This is the most successful online play experience to come out of the Tiburon studio. Performance has been excellent, the games have been ultra-competitive and very fun, and the Online Communities feature has proven initially valuable.
One unheralded but very important tweak to online comes with the kick meter which appears to account for any lag being experienced. The meter will snap back a tad after the button press and it has proven to be quite accurate. Kicks have been missed not due to any lag but due to user error. It's the first time that kicking in a football game hasn't been problematic online. Lag in general has been minimal - a slight sluggishness in some cases but easily adjust to - and most games have felt so good they could have passed for being played offline.
Online Franchise was passed over for improvements in favor of Communities - a decision that could be easily questioned. There is no lobby room within the communities making head-to-head games difficult to come by for most people. I've had to tweet out that I want a challenge in order to get a game and most won't have that luxury. Though they offer something considerable the sense I get is most will be completely dead within a month. Maybe smaller ones within groups of friends will have more long-term success.
Custom Playbooks and their integration into GameFlow comes in handy for ranked online games. Inexplicably Custom Playbooks were omitted from use in the Online Communities and Online Franchise. There has also been an issue faced by a small percentage of users who have been unable to get past the "Checking Rosters" step. EA is still investigating but a temporary workaround is to save the latest rosters to a USB drive and the game will recognize that and proceed past the problematic step.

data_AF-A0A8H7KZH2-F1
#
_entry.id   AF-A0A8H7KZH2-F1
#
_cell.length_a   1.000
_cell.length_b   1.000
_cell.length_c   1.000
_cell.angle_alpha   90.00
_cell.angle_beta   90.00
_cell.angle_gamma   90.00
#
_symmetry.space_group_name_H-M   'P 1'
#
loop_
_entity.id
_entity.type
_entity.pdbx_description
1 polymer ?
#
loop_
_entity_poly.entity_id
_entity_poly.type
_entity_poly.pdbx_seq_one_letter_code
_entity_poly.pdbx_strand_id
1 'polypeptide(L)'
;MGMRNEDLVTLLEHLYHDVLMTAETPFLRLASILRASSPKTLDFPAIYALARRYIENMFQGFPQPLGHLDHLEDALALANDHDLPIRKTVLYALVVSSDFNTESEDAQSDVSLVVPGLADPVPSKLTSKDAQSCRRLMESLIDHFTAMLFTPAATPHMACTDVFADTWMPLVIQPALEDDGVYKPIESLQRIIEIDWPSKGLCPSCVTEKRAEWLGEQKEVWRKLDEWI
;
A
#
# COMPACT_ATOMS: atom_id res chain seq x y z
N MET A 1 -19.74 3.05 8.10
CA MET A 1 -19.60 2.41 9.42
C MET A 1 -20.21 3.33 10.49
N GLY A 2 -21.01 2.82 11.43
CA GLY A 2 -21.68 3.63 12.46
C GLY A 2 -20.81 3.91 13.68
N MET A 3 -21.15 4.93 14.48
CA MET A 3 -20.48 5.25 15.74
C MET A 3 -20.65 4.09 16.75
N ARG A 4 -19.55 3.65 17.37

Taking the most flak this year is the commentary and it isn't completely unwarranted. Though there is a decent flow that is about the best that can be said, and it is certainly a big drawback overall on the complete package that Madden 12 attempts to offer given the number of errors called out and noticeable recording flaws.
Lines recorded last year vs this year sound completely different, reactions often run far behind when they actually take place, the same stories are repeated every game, and the announcers often call a player by their number rather than their name. There are also unjustifiable gaffes like referring to the Titans as the "New York Titans" at every coin toss or talking about the "new" overtime rules in a regular season game where they don't even apply.
The lack of special commentary for preseason and postseason games really hurt their immersive nature. There is no special Super Bowl commentary - in fact the announcers will talk about homefield advantage. That sort of thing is just killer.
This mode wasn't a main focus and it shows. Touted improvements were an improved interface, skill points to distribute for ratings increases, coordinator audio, and a switch to the standard camera angle. Most of those things actually were provided but did little to make the mode interesting. Coordinator audio and commentary was completely absent however.
Players automatically start at their respective position regardless of ratings and there is nothing that goes on in the off-season. The mode is just flat out dull. It also isn't readily apparent that quarter length can be adjusted - that is done through the main profile and not within the mode.
NFL fans will appreciate what has been done with Madden NFL 12 as the title attempts to tap into what it means to be emotionally invested in a team or the league. The vastly improved presentation and gameplay combined with a much more enjoyable Franchise mode help to cover up the flaws that comes with growth that can't be completed and goals that can't be reached in just a single year. It's finally alright to be excited about the Madden franchise - that is if they don't change course in their vision yet again.